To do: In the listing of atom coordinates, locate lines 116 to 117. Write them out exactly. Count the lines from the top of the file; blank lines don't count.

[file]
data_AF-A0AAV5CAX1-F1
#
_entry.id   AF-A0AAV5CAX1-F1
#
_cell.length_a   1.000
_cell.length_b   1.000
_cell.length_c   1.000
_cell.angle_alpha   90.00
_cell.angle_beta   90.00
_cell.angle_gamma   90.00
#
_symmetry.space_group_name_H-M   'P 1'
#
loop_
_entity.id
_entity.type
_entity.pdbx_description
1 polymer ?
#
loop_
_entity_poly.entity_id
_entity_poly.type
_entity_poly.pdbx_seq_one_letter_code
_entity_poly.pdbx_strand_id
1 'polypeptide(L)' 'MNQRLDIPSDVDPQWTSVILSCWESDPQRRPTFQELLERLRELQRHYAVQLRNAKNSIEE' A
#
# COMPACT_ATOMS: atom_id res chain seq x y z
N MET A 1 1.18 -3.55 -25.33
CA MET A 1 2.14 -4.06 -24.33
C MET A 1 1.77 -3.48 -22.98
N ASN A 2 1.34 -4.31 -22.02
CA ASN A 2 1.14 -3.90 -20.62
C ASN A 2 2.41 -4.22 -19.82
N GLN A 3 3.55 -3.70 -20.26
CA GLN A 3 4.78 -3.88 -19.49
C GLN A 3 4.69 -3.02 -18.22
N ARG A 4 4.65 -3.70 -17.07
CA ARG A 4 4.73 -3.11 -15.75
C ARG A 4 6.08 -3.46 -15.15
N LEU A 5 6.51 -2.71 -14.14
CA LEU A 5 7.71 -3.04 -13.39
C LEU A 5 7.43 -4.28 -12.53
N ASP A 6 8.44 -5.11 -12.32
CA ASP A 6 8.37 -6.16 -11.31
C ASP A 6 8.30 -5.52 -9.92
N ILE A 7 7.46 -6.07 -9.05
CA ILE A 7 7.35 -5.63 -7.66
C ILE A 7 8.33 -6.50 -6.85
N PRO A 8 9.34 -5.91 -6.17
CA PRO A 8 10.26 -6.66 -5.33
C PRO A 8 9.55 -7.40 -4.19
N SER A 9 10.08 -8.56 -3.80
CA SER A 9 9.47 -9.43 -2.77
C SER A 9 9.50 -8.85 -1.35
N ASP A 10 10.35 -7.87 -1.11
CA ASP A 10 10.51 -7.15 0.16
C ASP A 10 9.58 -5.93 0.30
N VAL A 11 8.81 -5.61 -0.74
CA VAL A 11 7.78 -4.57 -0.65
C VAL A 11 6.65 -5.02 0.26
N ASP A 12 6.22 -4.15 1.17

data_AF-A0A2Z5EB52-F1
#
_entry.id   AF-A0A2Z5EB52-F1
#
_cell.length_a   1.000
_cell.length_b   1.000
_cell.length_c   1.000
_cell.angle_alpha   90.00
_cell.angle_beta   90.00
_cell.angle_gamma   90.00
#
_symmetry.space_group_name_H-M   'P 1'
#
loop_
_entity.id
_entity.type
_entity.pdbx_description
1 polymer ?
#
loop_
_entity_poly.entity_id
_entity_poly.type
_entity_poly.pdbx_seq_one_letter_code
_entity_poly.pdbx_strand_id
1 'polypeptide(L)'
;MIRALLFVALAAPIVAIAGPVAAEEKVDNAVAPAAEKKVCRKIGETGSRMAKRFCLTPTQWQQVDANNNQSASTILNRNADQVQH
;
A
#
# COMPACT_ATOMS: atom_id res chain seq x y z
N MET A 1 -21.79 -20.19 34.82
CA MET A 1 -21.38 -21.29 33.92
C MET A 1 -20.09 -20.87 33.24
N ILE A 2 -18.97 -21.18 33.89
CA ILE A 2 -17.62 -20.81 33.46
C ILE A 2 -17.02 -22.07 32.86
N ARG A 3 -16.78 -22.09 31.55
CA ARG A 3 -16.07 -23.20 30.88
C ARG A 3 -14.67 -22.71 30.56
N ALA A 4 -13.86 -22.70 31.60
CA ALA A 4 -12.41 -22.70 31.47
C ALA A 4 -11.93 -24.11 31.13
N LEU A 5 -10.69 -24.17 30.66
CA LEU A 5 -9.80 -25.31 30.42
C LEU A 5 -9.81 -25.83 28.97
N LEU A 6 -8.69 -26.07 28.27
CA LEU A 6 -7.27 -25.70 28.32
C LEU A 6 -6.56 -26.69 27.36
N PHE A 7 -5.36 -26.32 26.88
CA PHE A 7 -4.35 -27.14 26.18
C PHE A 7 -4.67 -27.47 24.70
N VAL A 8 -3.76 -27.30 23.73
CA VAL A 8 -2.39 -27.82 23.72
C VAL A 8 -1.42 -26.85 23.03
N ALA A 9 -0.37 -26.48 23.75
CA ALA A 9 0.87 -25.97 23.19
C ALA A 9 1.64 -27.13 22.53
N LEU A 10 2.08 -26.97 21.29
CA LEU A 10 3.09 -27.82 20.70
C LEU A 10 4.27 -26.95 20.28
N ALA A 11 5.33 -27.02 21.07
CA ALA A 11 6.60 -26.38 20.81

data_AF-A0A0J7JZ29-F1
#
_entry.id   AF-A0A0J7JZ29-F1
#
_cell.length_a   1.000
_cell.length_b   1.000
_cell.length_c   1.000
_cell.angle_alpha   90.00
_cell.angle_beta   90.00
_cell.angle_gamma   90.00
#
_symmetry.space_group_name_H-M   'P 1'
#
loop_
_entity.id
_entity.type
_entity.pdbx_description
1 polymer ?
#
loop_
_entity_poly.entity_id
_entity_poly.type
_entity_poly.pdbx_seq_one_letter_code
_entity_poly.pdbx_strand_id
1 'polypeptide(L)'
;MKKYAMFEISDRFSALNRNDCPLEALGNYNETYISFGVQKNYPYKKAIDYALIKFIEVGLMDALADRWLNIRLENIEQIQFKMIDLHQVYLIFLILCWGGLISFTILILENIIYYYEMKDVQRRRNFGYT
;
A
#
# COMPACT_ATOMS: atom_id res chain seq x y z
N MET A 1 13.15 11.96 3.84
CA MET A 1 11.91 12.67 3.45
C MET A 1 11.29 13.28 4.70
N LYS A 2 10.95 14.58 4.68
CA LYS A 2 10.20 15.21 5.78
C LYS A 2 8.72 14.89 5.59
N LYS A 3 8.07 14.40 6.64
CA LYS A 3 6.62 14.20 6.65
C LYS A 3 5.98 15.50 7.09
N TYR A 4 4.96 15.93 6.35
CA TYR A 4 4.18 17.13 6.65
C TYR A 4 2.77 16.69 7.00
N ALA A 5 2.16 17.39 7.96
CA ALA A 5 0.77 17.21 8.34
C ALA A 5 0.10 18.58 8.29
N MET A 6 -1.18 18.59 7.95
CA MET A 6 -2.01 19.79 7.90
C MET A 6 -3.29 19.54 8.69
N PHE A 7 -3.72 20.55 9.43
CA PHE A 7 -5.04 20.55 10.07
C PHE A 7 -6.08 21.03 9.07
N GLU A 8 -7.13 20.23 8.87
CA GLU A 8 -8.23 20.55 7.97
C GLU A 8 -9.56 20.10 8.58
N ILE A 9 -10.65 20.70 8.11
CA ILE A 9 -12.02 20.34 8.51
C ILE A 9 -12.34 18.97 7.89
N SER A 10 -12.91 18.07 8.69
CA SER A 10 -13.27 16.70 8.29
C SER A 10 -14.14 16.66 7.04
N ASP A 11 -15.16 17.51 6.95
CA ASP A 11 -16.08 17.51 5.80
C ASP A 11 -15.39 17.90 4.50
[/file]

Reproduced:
N ALA A 9 -0.37 -26.48 23.75
CA ALA A 9 0.87 -25.97 23.19